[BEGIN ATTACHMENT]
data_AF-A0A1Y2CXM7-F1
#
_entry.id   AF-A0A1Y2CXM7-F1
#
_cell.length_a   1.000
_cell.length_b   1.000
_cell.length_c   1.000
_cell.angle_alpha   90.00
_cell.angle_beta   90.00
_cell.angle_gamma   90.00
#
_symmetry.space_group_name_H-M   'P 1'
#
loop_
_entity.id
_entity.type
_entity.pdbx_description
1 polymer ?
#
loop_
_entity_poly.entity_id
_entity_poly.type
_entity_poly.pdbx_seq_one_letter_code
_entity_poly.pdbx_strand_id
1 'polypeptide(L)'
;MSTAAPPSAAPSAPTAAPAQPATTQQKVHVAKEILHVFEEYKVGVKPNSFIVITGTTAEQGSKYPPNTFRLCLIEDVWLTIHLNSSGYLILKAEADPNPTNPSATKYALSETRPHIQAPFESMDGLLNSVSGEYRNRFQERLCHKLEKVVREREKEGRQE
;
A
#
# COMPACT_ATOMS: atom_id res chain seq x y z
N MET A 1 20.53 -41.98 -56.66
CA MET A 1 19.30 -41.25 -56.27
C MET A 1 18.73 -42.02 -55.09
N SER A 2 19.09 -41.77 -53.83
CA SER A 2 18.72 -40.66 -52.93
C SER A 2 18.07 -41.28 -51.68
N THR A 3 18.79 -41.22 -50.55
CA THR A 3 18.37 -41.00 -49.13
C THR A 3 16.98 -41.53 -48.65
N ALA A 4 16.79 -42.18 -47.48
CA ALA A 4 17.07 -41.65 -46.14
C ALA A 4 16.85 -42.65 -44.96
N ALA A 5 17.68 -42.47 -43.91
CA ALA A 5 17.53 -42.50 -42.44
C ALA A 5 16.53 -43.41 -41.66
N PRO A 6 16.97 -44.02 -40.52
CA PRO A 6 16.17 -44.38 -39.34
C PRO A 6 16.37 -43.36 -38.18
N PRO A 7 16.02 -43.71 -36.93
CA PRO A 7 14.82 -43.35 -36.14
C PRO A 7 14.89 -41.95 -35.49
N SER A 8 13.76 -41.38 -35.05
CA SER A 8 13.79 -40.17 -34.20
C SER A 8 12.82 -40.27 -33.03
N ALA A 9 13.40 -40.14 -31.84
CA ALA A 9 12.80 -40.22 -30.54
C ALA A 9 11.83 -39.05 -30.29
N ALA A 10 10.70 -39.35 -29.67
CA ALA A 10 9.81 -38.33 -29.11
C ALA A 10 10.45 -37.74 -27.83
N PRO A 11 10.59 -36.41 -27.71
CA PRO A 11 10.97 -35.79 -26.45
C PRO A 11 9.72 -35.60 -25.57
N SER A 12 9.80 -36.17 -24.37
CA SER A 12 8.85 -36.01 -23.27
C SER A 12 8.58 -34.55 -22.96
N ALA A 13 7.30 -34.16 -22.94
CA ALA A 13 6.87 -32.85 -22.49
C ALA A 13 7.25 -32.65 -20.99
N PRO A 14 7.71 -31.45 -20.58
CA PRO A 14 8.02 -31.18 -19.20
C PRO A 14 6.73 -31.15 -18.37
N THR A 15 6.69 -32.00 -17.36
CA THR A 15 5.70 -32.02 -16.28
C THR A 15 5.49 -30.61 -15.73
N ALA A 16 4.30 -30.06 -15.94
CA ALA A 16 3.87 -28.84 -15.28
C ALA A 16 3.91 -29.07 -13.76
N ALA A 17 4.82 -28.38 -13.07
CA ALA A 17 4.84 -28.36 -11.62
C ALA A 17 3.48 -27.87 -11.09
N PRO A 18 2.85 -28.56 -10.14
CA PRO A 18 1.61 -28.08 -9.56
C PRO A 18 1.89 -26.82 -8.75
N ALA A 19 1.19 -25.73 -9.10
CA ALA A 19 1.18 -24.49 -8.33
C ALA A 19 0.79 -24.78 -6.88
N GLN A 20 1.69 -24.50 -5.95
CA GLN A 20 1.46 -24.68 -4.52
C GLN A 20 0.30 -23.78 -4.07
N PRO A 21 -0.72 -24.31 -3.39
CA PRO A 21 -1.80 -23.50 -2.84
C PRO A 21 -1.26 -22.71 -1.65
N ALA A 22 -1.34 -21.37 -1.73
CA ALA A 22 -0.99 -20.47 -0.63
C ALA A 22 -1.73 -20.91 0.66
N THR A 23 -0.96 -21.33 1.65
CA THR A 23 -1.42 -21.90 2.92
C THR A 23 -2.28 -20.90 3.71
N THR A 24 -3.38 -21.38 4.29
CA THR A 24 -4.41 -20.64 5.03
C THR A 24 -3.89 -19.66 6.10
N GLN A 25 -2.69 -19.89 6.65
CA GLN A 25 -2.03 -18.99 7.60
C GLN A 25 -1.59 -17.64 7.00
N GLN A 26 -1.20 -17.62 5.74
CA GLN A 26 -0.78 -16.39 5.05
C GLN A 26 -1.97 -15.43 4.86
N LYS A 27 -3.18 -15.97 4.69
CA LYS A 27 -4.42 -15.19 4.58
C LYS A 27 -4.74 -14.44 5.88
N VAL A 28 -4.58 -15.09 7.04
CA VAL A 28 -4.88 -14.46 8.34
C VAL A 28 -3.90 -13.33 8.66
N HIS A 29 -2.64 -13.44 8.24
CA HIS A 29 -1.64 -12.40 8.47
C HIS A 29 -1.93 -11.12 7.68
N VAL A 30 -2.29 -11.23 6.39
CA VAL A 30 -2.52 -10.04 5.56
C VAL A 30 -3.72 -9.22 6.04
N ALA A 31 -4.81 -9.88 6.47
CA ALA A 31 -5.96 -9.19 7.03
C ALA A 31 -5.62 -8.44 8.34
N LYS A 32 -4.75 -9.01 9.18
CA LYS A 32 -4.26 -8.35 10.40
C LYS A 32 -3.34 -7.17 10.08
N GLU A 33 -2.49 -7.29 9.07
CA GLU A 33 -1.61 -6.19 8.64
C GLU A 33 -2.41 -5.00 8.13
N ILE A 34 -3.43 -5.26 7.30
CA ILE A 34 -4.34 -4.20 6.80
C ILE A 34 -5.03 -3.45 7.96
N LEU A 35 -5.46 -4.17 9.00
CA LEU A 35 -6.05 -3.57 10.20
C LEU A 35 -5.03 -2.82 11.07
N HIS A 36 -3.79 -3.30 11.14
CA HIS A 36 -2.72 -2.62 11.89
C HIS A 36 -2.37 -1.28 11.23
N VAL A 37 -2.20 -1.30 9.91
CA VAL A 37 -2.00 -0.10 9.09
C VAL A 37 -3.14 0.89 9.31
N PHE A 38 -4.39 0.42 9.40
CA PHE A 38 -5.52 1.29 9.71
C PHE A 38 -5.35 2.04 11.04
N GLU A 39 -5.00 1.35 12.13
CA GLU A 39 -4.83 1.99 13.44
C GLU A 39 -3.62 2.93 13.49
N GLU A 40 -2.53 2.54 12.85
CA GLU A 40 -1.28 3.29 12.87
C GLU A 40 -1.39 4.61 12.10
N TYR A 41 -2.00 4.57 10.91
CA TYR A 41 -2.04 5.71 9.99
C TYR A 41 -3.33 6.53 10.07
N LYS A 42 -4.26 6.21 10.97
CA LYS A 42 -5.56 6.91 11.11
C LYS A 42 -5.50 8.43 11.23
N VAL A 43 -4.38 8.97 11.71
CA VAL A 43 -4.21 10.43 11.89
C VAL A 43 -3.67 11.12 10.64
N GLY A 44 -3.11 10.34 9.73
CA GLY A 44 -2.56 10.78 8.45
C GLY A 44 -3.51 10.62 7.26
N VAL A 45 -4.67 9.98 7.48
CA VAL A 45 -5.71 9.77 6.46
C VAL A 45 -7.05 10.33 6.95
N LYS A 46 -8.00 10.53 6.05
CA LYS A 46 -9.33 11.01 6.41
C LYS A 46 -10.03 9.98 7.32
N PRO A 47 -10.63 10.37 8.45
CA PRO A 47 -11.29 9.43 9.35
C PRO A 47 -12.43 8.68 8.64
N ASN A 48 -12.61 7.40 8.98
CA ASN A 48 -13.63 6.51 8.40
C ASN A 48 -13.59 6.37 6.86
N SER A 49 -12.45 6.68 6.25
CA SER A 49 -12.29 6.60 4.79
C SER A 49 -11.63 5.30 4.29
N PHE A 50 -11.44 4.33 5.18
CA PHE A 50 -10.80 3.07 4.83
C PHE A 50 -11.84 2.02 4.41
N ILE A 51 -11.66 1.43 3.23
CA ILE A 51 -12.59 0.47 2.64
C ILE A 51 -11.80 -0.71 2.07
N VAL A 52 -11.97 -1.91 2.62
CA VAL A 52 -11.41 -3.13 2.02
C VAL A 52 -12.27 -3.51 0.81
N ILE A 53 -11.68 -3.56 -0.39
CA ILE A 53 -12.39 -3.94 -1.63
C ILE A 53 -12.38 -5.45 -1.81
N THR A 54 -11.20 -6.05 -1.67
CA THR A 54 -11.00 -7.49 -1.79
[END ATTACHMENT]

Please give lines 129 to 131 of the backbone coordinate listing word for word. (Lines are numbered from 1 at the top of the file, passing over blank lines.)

C GLU A 33 -2.41 -5.00 8.13
N ILE A 34 -3.43 -5.26 7.30
CA ILE A 34 -4.34 -4.20 6.80